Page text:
Time to buy a new Dell, this time for my parents, whose clunky old laptop from early 2002 has finally been put to rest (I've been arguing for its destruction for some time). As per usual I'm given a budget (£300-£400 this time) and given the task of deciding what to go for. I managed to get an extra £30 out of them in order to ensure it had a decent graphics adapter - they might not care about graphics now, but they won't be saying that when they need the extra power.

I first looked at Intel based systems, but there was no way I could get dedicated graphics without spending closer to £500, so I looked at the AMD systems, in the end I went for a Inspiron 1546 outfitted with an Athlon X2 QL-64, 2GB RAM and a 512MB Radeon HD 4330. Not what I'd call high-end but that graphics card will be enough to handle WorldWide Telescope, World of Warcraft, Starcraft 2 and even Supreme Commander at a push. It set them back £429. Not bad considering the laptop they've using at the moment cost almost £1300.

After it arrived my first task is to set it up for them. They don't want to have to do any configuration they just want to be able to use it. Dell, like many PC manufacturers always preload shed loads of junk on it. After performing the first set up I rebooted to test the boot/login speed. It took 40 seconds after logging in to load the desktop - ouch.

After an hour or so of cleaning it up, removing dozens of Roxio things, DVD burning stuff, McAfee security something or other. Getting rid of an annoying Mac OS style dock thing (what the hell?), an Office trial, Works, loads of driver tools we don't need we finally have a computer almost usable. Except it wouldn't see my wireless network. Hmmmm after another reboot and restarting the router, it was time to try some different channels, sure enough it didn't like that I was using channel 13. Everything else in the house works fine with it, but does the Dell wireless card? No. Good job it hadn't been sent home to my parents before I got it or else they'd have no chance of working out what was wrong with it (their router is also on channel 13) - and potentially would have sent it back faulty. After all that however we have a more respectable login time of at the most 10 seconds, that's after a cold boot.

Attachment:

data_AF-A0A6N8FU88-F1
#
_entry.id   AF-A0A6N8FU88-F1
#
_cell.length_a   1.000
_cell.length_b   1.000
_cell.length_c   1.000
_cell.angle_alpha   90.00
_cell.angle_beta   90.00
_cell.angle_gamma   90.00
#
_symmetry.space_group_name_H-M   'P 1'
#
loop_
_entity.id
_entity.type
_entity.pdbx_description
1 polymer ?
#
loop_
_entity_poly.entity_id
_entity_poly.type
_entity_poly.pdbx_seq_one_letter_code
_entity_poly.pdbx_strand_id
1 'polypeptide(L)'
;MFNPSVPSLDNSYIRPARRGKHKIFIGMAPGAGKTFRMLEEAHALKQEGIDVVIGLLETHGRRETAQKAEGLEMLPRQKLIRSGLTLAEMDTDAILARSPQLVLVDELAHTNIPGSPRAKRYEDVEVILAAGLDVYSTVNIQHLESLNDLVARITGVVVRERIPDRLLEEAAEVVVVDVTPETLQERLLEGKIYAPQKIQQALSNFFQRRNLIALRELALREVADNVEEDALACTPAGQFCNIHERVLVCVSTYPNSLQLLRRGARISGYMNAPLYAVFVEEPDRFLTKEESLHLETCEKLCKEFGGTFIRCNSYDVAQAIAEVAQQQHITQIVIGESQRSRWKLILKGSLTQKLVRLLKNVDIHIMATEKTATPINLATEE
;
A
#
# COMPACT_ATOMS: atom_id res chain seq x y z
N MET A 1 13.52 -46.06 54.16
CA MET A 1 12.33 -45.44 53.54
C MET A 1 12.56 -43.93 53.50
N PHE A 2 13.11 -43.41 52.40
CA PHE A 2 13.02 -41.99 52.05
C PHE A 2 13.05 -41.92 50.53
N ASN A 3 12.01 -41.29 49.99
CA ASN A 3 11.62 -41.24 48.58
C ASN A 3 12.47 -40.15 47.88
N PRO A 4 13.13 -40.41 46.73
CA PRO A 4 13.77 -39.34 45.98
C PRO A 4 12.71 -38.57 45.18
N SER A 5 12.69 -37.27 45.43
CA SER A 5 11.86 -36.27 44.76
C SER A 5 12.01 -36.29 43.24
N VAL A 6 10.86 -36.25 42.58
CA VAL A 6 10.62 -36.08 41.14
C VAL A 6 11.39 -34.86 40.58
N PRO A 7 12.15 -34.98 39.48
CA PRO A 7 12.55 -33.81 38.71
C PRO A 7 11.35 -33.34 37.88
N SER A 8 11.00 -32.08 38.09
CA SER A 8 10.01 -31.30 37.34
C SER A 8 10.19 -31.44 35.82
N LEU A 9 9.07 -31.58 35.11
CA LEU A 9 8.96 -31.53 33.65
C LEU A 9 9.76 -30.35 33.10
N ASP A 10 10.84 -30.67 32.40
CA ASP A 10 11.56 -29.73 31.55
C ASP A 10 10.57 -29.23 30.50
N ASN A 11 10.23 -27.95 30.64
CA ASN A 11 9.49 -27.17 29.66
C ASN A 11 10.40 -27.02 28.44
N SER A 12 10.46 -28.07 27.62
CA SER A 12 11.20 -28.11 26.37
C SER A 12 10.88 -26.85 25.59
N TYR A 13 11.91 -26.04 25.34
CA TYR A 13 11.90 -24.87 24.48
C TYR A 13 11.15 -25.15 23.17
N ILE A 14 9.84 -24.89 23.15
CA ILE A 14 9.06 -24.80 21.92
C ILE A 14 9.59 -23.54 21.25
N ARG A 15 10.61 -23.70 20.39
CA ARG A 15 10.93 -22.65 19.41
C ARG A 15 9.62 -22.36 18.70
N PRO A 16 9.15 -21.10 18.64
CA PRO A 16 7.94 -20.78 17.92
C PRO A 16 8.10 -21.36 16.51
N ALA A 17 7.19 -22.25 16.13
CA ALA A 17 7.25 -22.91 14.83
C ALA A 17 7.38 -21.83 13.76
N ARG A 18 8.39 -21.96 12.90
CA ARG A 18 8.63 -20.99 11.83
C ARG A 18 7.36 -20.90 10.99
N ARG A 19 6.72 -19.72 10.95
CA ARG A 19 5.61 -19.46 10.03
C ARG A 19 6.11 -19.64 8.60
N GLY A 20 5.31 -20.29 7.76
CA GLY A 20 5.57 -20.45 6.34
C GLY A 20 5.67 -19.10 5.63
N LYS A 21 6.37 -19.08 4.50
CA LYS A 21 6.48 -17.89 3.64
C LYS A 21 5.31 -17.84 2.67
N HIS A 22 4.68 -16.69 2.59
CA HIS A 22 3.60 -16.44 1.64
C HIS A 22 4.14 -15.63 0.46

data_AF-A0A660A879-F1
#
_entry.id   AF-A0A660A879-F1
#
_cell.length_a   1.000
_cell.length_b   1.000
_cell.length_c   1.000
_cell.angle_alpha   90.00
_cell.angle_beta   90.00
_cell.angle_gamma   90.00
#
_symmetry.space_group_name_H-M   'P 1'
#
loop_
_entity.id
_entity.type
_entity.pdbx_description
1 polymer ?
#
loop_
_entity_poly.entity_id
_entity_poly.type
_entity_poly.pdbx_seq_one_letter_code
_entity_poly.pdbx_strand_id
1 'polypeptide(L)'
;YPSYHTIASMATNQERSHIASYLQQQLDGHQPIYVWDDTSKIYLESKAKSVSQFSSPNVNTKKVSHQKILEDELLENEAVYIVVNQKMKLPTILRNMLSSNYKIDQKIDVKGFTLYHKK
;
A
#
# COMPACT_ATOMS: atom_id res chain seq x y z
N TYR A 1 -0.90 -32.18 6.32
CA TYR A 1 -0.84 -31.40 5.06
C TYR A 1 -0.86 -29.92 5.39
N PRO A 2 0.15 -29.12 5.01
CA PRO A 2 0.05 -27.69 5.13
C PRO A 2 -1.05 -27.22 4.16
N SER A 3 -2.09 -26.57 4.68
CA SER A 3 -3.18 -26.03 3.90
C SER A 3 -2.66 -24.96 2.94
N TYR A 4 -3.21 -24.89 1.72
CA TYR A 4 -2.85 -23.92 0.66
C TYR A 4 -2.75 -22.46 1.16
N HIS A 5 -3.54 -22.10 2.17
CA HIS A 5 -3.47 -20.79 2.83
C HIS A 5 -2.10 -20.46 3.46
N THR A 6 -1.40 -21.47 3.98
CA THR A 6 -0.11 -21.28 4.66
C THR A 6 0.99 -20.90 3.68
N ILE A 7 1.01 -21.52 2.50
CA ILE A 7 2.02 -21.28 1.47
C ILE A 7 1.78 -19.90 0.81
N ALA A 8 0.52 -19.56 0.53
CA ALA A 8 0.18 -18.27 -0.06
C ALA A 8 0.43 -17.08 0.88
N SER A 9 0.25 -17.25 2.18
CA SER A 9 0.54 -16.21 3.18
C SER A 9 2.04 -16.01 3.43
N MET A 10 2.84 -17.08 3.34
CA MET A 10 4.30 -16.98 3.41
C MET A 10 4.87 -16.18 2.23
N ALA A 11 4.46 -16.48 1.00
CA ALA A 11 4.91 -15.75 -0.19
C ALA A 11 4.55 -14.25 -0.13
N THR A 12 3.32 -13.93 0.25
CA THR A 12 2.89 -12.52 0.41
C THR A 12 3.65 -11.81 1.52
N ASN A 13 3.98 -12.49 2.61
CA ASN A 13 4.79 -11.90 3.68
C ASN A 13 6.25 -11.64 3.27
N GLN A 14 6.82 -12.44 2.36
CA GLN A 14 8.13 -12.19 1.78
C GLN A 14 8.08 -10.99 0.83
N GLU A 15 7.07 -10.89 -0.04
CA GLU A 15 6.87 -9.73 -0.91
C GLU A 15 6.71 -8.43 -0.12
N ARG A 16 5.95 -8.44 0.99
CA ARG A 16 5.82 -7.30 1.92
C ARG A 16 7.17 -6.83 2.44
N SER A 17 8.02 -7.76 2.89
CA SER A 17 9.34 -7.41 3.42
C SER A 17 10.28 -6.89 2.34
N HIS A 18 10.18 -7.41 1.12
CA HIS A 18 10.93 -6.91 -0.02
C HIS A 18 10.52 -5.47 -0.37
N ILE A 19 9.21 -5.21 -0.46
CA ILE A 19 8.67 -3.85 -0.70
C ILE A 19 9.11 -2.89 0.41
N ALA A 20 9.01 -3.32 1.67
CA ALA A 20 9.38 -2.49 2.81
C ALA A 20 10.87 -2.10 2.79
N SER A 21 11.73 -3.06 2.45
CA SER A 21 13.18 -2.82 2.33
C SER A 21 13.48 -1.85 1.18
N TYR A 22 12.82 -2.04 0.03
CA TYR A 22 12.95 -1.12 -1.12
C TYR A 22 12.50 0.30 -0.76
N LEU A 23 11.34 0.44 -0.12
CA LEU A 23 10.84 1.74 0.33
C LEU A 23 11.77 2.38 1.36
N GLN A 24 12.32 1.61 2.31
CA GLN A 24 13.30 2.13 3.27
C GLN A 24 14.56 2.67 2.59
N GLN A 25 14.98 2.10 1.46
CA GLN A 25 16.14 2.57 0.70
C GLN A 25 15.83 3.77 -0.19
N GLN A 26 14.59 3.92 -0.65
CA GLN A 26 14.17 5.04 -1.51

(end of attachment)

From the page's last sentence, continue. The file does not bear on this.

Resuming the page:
My usual software picks have been installed, Live Essentials (Dell had it installed, but I removed all the Family Safety, Bing toolbar stuff), WorldWide Telescope, Microsoft Security Essentials, Office, the old XP version of Spider Solitaire (my mum hates the Vista/7 versions), and a handful of other games like Whispered Worlds and Supreme Commander. And then setup their user accounts, their e-mail, set Messenger not to spam windows all over the place on login, and tidy up Internet Explorer 8 a tad by removing the favourites bar.

I use Live Mesh to sync all their documents and internet favourites between their two computers, and to the cloud. Not very practical for someone like me with a 10GB Documents folder, 30GB Pictures folder and so on, but for them whose entire user folders come to less than 200MB it's a no brainer. All their internet favourites, pictures, documents, Spider saved games the lot will be there just as it was. Brilliant. Hopefully Live Mesh won't be crippled as it gets integrated into Windows Live Wave 4, as it is a killer application.

All in all it took about 4 hours to get the machine setup in a state where I'd be happy with my parents using it without running across any unexpected surprises. The computer itself is pretty decent for the money, the screen is a bit low resolution and the colours aren't great, but then it is a cheap machine. Battery life is pretty poor, but that wasn't a consideration when I went for it, they'll be using it entirely on a table in the living room next a plug socket, it won't be going mobile.

The biggest problem as always is the bundleware. It needs to be sorted.